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very low estimate of the value of the evidence of people who are to be satisfied in this fashion, when questions of objective fact, in which their faith is interested, are concerned. So that, when I am called upon to believe a great deal more than the oldest Gospel tells me about the final events of the history of Jesus on the authority of Paul (1 Corinthians xv, 5-8), I must pause. Did he think it, at any subsequent time, worth while "to confer with flesh and blood," or, in modern phrase, to re-examine the facts for himself? or was he ready to accept anything that fitted in with his preconceived ideas? Does he mean, when he speaks of all the appearances of Jesus after the crucifixion as if they were of the same kind, that they were all visions, like the manifestation to himself? And, finally, how is this account to be reconciled with those in the first and the third Gospels—which, as we have seen, disagree with one another?

Until these questions are satisfactorily answered, I am afraid that, so far as I am concerned, Paul's testimony can not be seriously regarded, except as it may afford evidence of the state of traditional opinion at the time at which he wrote, say between 55 and 60 A.D.; that is, more than twenty years after the event; a period much more than sufficient for the development of any amount of mythology about matters of which nothing was really known. A few years later, among the contemporaries and neighbors of the Jews, and, if the most probable interpretation of the Apocalypse can be trusted, among the followers of Jesus also, it was fully believed, in spite of all evidence to the contrary, that the Emperor Nero was not really dead, but that he was hidden away somewhere in the East, and would speedily come again at the head of a great army, to be revenged upon his enemies.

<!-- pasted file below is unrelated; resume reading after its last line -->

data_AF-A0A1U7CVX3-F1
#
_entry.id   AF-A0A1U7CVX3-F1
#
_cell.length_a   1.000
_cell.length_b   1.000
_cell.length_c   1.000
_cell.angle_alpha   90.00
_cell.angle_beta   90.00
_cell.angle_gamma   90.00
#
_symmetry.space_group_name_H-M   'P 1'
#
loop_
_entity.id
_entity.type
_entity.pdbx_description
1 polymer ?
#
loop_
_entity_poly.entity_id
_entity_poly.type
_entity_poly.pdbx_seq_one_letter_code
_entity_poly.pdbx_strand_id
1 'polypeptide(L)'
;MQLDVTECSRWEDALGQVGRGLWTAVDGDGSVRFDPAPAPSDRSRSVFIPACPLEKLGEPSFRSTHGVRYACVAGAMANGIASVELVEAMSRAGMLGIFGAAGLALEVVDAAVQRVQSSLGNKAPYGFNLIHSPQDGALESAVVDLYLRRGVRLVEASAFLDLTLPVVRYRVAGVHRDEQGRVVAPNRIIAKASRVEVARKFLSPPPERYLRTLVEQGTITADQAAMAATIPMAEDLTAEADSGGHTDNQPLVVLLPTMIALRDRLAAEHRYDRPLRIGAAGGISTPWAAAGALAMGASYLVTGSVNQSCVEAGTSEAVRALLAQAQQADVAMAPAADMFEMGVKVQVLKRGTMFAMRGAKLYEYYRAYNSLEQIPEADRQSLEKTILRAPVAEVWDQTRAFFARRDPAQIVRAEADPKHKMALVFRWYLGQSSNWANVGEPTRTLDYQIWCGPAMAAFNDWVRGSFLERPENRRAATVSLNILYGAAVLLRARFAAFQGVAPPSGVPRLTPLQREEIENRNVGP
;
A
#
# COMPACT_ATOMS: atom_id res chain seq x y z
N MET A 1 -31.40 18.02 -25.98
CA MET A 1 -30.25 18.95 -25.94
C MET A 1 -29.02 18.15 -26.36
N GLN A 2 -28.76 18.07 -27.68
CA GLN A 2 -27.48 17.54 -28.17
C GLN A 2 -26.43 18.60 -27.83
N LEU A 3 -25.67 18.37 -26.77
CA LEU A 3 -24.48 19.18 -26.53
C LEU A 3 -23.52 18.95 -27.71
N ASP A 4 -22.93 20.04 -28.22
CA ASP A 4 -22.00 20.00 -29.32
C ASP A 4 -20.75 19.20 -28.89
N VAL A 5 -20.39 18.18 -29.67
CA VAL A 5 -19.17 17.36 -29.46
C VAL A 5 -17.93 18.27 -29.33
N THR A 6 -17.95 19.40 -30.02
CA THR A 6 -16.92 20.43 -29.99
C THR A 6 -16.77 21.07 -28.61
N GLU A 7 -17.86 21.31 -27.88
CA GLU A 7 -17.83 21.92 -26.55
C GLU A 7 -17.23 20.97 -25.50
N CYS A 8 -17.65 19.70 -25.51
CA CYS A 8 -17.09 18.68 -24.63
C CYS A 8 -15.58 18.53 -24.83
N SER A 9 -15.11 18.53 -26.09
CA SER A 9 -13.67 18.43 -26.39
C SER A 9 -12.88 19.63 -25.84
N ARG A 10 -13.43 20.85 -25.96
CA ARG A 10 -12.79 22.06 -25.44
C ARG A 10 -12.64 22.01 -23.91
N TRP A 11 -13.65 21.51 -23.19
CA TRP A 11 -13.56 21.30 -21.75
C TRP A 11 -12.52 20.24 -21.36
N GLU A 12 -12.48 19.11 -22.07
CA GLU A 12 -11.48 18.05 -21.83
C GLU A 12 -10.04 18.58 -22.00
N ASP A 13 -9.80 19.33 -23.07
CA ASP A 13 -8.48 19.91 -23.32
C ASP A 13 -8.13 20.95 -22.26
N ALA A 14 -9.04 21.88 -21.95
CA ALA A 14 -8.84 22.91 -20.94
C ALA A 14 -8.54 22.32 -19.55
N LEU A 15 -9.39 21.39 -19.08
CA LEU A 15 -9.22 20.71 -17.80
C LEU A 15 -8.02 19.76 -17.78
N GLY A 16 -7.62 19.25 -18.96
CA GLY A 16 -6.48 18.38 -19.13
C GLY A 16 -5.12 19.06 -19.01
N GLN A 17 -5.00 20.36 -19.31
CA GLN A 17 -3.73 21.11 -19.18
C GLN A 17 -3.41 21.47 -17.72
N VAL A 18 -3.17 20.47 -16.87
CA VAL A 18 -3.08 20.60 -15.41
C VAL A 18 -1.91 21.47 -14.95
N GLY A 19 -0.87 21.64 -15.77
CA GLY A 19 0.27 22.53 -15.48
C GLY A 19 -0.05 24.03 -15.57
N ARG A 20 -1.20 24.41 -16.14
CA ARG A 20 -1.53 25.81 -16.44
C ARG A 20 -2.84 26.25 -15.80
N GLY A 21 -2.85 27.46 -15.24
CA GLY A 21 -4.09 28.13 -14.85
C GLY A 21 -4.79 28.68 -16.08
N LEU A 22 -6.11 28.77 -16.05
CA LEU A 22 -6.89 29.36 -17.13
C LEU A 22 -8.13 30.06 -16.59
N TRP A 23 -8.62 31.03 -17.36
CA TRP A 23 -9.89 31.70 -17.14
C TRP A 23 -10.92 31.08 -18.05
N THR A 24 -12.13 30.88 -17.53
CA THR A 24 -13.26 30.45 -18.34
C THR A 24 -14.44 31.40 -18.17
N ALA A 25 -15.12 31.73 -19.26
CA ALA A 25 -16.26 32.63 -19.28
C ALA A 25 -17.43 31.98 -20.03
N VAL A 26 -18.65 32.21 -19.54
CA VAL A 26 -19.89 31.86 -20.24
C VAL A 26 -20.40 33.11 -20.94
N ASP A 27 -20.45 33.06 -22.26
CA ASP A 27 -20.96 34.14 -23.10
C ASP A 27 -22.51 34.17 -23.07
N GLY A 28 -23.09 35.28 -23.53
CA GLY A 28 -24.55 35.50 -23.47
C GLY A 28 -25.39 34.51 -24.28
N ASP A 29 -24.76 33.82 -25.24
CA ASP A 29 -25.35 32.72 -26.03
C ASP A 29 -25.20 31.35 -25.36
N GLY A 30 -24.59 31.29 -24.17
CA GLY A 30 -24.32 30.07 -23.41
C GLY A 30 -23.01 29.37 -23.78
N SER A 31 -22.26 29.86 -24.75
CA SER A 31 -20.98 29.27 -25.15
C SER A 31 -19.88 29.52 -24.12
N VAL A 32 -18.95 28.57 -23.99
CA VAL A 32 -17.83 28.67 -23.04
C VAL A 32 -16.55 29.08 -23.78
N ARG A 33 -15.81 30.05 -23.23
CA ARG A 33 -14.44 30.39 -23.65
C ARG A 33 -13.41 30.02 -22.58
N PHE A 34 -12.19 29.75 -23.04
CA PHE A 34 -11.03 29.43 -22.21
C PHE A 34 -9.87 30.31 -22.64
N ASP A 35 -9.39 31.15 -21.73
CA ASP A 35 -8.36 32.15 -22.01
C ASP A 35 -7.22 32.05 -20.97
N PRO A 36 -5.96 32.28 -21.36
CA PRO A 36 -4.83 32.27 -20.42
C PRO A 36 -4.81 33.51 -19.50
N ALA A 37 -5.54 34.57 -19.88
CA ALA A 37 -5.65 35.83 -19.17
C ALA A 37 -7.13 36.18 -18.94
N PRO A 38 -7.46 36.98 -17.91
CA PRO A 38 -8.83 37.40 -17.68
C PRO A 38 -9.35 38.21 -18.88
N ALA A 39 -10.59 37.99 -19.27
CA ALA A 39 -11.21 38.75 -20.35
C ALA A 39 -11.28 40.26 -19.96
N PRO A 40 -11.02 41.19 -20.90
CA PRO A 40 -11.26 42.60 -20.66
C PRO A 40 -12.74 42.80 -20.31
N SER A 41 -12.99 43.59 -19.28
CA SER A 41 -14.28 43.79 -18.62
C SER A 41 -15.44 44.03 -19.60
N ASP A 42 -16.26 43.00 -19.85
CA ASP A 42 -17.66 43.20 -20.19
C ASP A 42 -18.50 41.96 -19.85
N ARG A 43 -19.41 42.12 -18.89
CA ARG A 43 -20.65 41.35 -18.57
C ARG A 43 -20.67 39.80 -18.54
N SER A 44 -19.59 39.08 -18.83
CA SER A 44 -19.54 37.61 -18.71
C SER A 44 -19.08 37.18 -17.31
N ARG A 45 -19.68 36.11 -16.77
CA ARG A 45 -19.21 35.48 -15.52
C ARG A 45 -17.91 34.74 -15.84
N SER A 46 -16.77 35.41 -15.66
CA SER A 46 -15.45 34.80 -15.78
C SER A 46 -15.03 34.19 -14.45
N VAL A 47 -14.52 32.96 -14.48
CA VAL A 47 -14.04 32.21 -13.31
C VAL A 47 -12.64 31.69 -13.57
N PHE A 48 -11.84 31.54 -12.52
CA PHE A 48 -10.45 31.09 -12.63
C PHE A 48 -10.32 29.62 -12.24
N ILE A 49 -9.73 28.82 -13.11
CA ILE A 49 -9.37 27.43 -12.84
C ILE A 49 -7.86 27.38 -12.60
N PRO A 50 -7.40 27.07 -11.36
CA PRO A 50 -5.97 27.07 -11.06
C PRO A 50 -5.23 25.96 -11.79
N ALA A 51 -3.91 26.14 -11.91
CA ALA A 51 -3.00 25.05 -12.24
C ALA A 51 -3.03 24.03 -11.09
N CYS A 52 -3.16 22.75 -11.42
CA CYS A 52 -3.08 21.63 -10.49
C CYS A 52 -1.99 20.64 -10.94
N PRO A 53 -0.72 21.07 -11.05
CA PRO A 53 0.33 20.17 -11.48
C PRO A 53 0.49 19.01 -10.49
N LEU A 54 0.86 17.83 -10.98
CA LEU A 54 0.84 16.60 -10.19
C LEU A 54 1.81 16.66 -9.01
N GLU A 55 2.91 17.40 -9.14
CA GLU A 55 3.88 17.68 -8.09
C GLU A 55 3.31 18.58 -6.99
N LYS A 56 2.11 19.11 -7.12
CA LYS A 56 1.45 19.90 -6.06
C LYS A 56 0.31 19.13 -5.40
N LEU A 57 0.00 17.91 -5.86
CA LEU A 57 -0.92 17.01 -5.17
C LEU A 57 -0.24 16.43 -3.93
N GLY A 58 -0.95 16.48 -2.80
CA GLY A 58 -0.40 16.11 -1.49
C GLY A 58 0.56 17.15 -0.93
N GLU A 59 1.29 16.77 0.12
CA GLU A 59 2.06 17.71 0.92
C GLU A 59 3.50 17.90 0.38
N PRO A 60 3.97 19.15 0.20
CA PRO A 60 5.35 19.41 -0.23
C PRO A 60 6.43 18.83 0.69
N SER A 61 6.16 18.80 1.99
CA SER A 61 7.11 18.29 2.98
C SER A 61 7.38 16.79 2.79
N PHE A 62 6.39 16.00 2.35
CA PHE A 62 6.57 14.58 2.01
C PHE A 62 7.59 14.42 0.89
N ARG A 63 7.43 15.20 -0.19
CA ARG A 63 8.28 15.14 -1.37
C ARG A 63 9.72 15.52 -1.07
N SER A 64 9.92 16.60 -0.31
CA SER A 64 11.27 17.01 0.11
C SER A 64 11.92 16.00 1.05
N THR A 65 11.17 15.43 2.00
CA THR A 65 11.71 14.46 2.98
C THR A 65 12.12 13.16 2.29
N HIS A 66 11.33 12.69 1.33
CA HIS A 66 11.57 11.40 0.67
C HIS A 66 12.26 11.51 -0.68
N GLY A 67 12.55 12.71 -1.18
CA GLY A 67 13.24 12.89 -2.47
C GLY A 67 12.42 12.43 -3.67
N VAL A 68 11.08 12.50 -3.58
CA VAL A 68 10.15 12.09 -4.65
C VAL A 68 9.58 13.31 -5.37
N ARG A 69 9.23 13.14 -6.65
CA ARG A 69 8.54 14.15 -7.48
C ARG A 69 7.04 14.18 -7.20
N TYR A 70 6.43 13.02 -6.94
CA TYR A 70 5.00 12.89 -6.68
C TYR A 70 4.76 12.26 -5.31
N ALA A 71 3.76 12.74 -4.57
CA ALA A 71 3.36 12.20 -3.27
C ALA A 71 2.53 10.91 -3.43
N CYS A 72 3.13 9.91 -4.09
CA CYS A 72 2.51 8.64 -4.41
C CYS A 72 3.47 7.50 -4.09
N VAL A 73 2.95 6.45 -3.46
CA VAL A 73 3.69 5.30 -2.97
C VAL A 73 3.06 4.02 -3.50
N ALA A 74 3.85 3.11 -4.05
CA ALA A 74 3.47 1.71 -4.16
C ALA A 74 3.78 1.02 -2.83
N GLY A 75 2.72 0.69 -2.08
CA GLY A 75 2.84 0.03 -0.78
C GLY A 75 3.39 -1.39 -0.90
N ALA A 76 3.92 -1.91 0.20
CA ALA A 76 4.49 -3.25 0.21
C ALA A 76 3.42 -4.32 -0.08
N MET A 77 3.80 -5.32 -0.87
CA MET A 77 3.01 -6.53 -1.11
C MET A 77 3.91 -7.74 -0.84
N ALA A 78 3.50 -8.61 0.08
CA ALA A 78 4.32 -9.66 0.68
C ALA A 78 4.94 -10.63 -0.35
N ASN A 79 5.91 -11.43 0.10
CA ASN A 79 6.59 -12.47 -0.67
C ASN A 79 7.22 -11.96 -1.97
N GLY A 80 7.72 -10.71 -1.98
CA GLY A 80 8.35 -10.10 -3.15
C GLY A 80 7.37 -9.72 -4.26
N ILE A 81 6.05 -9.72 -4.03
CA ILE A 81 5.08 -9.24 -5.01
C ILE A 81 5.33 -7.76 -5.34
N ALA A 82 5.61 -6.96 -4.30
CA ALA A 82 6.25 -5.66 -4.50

Thus, I conceive that I have shown cause for the opinion that Dr. Wace's challenge touching the Sermon on the Mount, the Lord's Prayer, and the Passion, was more valorous than discreet. After all this discussion, I am still at the agnostic point. Tell me, first, what Jesus can be proved to have been, said, and done, and I will tell you whether I believe him, or in him,[1] or not! As Dr. Wace admits that I have dissipated his lingering shade of unbelief about the bedevilment of the Gadarene pigs, he might have done something to help mine. Instead of that, he manifests a total want of conception of the nature of the obstacles which impede the conversion of his "infidels."

The truth I believe to be, that the difficulties in the way of

  1. I am very sorry for the interpolated "in," because citation ought to be accurate in small things as in great. But what difference it makes whether one "believes Jesus" or "believes in Jesus" much thought has not enabled me to discover. If you "believe him" you must believe him to be what he professed to be—that is, "believe in him"; and if you "believe in him" you must necessarily "believe him."